29.08.2007 12:33:05 (PA) With every second life insurance customer claim for damages possible – new billion liability for the insurance industry ? * Capital life insurance – legal fraud ?: Already since the judgement of 03.06.1983 (Az. 74 O 47/83) of the regional court Hamburg the evaluation of the capital life insurance was judicially blessed as “legal fraud”. Professor Michael Adams (Univ. Cologne) followed up in 1997 with his essay “Die Kapitallebensversicherung als Anlegerschädigung. Insurance intermediary liability according to the principles of the BOND judgement: Another five years later, a dissertation proved that also in the case of life insurance as an investment, the intermediary must observe the BOND ruling (Ref. XI ZR 12/93) of the BGH on the obligation to advise investors and the object. After only approximately each fourth long-term life insurance contract was kept up to the end by the investor, the suspicion was close, which was mediated to capital investors massively not suitable contracts. New power word of the Federal High Court! This takes up the BGH in its new decision (judgement of 14.06.2007 (Az. III ZR 269/06) contentwise, in which it refers to the fact that an insurance broker is obligated to the payment of damages, if it mediates a life insurance to a customer, who did not correspond “to its need and its financial ability”. If the “savings contract” in the form of a life insurance policy runs for only one year, the investor does not even get back two percent of his payments on average, according to a study by Prof. Adams – a negative return of over 98%. Damages rarely barred by the statute of limitations? While numerous customers hope for a new account with terminated life insurances, with on the average only comparatively minimum additional payments from contract-legal requirements against the insurer, the weightier requirement lies within the range of the wrong consultation: Investors can require here apart from the paid in contributions also an or-dentliche capital market interest as escaped profit. Still investors have the possibility of demanding the payment of damages from requirements of the last 30 years: Because after since 1.1.2002 valid Verj?hrungsregeln mediators are responsible (calculated starting from 1.1.2002) for at the longest still 10 years. This does not only include contracts where it was questionable from the outset whether the customer would be able to pay the fixed premiums at all in the long term. Often a shorter contract term (12 to 15 years instead of 25 to 40 years) would have been less disadvantageous for the customer in case of early termination, whereas the long term would not have brought any advantages even if the customer had held out until the end. It is not uncommon for insurers to present their customers with “non-binding sample calculations” showing high returns when they conclude a contract – several rulings or notices from the supervisory authority and statements from rating firms show that such forecasts have sometimes shown unrealistically high returns, maturity benefits, lump-sum settlements or annuity payments on an erroneous basis. According to some rulings, this can lead to the insurer not being allowed to reduce the surpluses later (claim for fulfilment) or to the contract having to be reversed with repayment of premiums including interest. Or a wrong yield was indicated, because it was not related to the paid-in premiums, but only to the savings portion after costs and risk contributions – often then still to the confusion as “net” yield designated. Annuity policies were not infrequently sold as return products, especially if their lump-sum payment was increased due to a lack of death benefits. The fact that the “return” came partly from the “bet” on survival and was paid for by the fact that there was no benefit at all in the event of death was then concealed in the advice given. Conversely, policies often contain unnecessarily high risk protection, which further reduces the return. Allegedly, the customer did not want an investment, but a risk protection. Popular to the commission maximization and by the high conclusion costs and risk contributions particularly disadvantageous are also the so-called Methusalem policies with premium payment durations up to age 85. In example calculations then in prospect was placed that in the age 60 to 65 over the achievement without deductions can be disposed, because then cover capital and surplus together reach the insured sum. The risk of decreasing surpluses and the ever increasing (up to age 75!) postponement of payments to retirement age was usually not explained. What is to be done? So that the customer knows which kind of contract – with costs, risk contributions, surplus model and other actuarial “conditions” – he has concluded, an actuarial appraisal should first be carried out. This will reveal the discrepancies with the client’s original “needs”, i.e. the extent to which the advice given was not in line with the client’s needs. At the same time, the damage can be determined actuarially – as the difference to the result when taking out a product that meets the customer’s needs – if not the complete cancellation of the contract with repayment of all premiums plus interest is more sensible. This requires – also because of the question of the Verjährung – and also because of the legal chances of success of an examination by a lawyer experienced thereby. Side effect of this examination: not at all so rare errors with the computation of surplus, expiration achievements, surrender values or earlier contract changes become recognizable. *by Dr. Johannes Fiala, lawyer (Munich), MBA financial services (Univ. Wales), MM (Univ.), certified financial and investment advisor (A.F.A.), lecturer in civil and insurance law (Univ. of Cooperative Education), banker (https://www.fiala.de) and Dipl.-Math. Peter A. Schramm, expert for actuarial mathematics (Diethardt), actuary DAV, publicly appointed and sworn by the IHK Frankfurt am Main for actuarial mathematics in private health insurance (http://www.pkv-gutachter.de).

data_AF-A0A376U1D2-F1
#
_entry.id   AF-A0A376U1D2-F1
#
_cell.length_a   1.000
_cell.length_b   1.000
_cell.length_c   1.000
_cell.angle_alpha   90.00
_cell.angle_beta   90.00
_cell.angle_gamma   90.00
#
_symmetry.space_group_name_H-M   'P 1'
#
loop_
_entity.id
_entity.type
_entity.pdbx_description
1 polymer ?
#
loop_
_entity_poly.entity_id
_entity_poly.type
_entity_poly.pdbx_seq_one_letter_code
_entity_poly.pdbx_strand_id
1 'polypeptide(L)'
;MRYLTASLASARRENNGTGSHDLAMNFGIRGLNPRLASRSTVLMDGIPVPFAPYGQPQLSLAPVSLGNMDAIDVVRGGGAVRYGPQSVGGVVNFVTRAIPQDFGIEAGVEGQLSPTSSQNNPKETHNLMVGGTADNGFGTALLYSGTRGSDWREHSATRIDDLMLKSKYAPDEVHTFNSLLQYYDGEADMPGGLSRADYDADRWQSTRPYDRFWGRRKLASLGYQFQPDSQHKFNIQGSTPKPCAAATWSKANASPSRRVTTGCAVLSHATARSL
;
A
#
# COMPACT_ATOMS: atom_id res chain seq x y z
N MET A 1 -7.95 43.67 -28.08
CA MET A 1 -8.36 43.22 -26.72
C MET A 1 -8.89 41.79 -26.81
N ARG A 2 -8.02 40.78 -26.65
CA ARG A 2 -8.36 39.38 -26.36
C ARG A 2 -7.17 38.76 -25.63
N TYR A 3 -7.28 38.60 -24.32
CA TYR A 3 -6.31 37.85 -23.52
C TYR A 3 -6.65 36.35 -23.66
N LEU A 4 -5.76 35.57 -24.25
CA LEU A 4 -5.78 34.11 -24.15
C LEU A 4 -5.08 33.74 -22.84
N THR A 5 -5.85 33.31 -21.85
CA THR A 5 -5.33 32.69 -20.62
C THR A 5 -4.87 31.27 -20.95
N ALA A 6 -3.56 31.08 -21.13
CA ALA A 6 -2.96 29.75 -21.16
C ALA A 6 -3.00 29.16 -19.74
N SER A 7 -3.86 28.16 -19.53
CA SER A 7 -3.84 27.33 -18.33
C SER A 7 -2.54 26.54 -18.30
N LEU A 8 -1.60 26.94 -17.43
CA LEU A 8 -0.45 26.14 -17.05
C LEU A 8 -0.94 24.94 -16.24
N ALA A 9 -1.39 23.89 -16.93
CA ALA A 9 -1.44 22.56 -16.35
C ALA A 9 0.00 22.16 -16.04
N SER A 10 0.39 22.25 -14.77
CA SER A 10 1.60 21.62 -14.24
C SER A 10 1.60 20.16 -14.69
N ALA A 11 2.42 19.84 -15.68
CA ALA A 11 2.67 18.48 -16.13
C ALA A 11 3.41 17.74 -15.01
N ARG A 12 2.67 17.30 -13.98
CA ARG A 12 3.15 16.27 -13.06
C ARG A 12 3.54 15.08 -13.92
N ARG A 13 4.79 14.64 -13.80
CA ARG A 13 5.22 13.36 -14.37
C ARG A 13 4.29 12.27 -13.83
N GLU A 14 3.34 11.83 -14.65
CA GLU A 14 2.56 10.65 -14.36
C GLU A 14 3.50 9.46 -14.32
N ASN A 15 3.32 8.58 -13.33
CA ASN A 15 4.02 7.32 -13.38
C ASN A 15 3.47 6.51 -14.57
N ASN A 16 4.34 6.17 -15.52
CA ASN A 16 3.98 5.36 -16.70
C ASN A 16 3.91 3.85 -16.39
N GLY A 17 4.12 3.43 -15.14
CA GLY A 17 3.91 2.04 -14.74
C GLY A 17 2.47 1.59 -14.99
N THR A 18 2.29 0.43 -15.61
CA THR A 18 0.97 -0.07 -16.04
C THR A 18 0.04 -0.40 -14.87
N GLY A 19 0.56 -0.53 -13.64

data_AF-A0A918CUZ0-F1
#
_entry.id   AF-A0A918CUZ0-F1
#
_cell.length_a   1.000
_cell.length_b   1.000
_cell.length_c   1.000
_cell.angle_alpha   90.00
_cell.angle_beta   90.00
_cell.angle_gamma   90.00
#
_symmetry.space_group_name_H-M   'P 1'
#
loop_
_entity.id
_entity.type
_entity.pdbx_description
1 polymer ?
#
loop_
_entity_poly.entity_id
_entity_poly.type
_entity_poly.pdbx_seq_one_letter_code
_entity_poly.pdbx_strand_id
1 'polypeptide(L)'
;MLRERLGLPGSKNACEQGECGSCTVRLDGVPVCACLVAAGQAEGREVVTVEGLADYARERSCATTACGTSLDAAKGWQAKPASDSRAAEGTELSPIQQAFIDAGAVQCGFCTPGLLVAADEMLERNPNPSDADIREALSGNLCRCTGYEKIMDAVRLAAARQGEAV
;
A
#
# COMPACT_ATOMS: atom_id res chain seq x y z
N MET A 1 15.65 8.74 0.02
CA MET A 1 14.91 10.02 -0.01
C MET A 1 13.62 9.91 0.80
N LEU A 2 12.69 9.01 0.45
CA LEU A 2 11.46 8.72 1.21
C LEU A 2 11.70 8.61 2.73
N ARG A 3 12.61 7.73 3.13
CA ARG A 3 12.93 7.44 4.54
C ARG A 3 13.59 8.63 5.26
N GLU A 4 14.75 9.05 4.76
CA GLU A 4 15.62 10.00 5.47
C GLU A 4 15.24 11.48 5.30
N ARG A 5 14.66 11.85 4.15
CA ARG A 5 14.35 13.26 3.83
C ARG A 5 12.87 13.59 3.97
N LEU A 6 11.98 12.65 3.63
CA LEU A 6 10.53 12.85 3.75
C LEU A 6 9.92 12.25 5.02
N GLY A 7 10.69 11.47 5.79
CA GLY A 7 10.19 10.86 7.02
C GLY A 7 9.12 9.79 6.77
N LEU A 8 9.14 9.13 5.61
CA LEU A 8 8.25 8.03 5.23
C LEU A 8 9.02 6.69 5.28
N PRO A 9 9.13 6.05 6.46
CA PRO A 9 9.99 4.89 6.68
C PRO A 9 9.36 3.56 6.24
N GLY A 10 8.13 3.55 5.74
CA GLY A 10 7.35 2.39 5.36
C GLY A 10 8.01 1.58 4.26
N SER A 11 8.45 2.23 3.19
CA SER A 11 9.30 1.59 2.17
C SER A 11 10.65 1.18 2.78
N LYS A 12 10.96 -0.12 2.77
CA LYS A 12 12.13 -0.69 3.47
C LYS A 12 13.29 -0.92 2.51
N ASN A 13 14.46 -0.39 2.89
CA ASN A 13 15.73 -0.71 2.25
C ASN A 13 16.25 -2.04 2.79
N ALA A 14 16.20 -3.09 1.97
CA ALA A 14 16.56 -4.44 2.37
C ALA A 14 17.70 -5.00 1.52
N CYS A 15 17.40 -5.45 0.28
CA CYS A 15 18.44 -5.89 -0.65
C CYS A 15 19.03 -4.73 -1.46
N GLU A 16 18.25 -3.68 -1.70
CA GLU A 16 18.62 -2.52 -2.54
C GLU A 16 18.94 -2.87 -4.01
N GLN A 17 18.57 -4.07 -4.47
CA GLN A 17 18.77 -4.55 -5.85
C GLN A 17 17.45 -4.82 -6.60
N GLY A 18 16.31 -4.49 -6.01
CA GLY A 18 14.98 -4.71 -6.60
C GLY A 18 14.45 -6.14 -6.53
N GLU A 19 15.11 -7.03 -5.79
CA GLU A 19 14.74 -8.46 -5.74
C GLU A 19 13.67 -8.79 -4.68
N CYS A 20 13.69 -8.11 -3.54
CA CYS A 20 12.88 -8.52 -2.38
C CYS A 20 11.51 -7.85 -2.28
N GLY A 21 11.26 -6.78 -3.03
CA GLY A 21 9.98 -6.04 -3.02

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PhD, MBA, MM
Dr. Johannes Fiala ist seit mehr als 25 Jahren als Jurist und Rechtsanwalt mit eigener Kanzlei in München tätig. Er beschäftigt sich unter anderem intensiv mit den Themen Immobilienwirtschaft, Finanzrecht sowie Steuer- und Versicherungsrecht. Die zahlreichen Stationen seines beruflichen Werdegangs ermöglichen es ihm, für seine Mandanten ganzheitlich beratend und im Streitfall juristisch tätig zu werden.